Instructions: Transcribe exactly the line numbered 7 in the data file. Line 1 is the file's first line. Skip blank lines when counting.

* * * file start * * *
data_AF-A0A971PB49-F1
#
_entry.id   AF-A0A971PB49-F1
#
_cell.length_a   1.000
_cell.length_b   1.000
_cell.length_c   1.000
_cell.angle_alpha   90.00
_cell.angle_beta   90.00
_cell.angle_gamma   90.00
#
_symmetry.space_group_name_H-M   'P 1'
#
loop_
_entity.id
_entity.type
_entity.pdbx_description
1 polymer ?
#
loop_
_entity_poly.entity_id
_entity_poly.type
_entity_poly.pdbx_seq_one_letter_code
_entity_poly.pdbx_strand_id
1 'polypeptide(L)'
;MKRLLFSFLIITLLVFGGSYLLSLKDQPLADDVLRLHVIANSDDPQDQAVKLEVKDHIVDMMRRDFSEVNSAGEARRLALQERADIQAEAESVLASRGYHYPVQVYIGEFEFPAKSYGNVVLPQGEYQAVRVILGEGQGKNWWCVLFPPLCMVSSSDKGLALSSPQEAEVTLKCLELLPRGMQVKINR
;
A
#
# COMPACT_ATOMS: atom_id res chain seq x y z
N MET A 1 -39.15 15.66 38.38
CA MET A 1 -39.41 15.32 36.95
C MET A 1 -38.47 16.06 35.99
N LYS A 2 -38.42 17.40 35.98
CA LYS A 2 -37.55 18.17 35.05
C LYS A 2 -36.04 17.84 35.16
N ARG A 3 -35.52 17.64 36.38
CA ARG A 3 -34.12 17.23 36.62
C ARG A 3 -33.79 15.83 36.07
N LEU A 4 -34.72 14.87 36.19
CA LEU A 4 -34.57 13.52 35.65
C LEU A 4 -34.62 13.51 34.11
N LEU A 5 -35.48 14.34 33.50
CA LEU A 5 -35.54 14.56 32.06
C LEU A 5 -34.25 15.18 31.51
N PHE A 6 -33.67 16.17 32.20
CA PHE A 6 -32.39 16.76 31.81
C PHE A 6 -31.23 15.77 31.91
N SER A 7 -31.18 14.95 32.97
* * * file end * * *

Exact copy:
_cell.length_c   1.000